They bait you to click on a link to visit a fake website or download a fake mobile app. These look convincing but are designed to get control of your confidential information, devices and bank accounts. Once the scammers have control, they can steal your hard-earned money.

That's what happened to Elena, an MDW from the Philippines.

She received an SMS stating that her online banking password had expired and that she should update it immediately.

Not wanting to lose access to her bank account, she tapped on the link in the SMS, which brought her to what looked like her bank's website. She logged in with her username and password, and keyed in her One-time Password (OTP) when she received it on her phone.

Unknown to her, this was a phishing website where scammers stole her login details and used them to access her bank account.

In a matter of minutes, Elena received another SMS - this time from her actual bank - informing her that she had just transferred $500 to someone named Alvin.

Her account was drained of almost all her savings.

Do not click on links in unsolicited text messages and emails. If you need to access your bank account, use the official app or type in your bank's web address into your web browser to ensure that you are navigating to the official website.

Learn more about ways to protect yourself against phishing scams.

Loan scams

Loan scammers claim to be licensed money lenders offering legal loan services. You may encounter them through unwanted phone calls or text messages, or through online advertisements.

They promise instant loan approvals but will request that you transfer fees before they pay out the money. When you've transferred the fees, they either disappear entirely, or use the personal information you've provided to harass you for further payments.

Cherry, a Filipino MDW, wanted to borrow money to help with her mother's hospital expenses. She found a Facebook post advertising fuss-free loans, so she reached out. they agreed to give her a $2,000 loan, but told her that she needed to pay an upfront $200 admin fee first.

After she paid the $200, they started to extort her for weekly payments. They threatened that, if she did not pay, they would throw paint on her employer's front door and post on social media so everyone could see that she owed money.

Licensed money lenders are not allowed to advertise in Singapore. Ignore unwanted loan advs. Block and report the number of the caller or sender.

Learn how to identify and avoid loan scams.

Remember, scammers can target anyone, including MDWs. to avoid falling prey, stay alert and ACT against scams.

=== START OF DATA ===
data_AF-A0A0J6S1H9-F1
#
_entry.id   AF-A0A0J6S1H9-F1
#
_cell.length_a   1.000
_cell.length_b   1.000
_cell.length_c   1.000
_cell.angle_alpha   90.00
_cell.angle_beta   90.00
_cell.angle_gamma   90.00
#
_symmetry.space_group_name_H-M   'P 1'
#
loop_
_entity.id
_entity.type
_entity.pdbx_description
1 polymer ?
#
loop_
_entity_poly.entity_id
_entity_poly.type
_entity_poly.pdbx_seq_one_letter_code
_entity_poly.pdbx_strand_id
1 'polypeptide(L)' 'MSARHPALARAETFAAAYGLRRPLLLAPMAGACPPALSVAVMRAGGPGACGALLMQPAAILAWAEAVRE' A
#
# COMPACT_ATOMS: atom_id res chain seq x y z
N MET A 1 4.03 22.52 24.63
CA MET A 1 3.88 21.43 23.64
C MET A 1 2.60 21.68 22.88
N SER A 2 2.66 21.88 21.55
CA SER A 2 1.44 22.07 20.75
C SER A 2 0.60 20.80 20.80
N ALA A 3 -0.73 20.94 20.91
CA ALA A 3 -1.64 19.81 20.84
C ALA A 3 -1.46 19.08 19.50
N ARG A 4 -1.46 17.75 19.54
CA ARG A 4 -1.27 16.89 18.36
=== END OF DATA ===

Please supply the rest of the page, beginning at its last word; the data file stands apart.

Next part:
Scam prevention steps


Here are 3 steps to protect yourself against scams.

1. Add the ScamShield app to block incoming calls from scammers and detect scam SMSes.

Do not download ScamShield outside the official Play Store.

You can also add the ScamShield Bot on Whatsapp to check and report scams.

2. Check for scam signs.

Use trusted sources like the Singapore Police Force, National Crime Prevention Council (NCPC) and for the latest updates.

You can also contact the NCPC's anti-scam hotline at 1800-722-6688 (airtime charges apply for mobile calls to 1800 service lines). If you are unsure, say no, hang up or delete the call or message.

3. Tell authorities and friends.

If you encounter scams, report to the authorities and warn your fellow MDWs so that they can avoid being scammed.

You can also report scam calls and messages you received via the ScamShield app or ScamShield Bot.

What to do if you've been scammed?

If you have lost money or personal details to a scammer, here's what you can do immediately and protect yourself from further loss.

  • Contact your bank to report the scam. Ask them to stop any transactions.
  • Warn others and report the scam. You can prevent others from falling victims by filing a police report at the nearest Neighborhood Police Centre.
  • Get help to recover. If you need someone to talk to, reach out to friends or contact MOM helpline for MDWs at 1800-339-5505. Note that airtime charges apply for mobile calls to 1800 service lines.

More resources

Learn how to A.C.T. against scamsShow

Phishing scamsShow

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Love scamsShow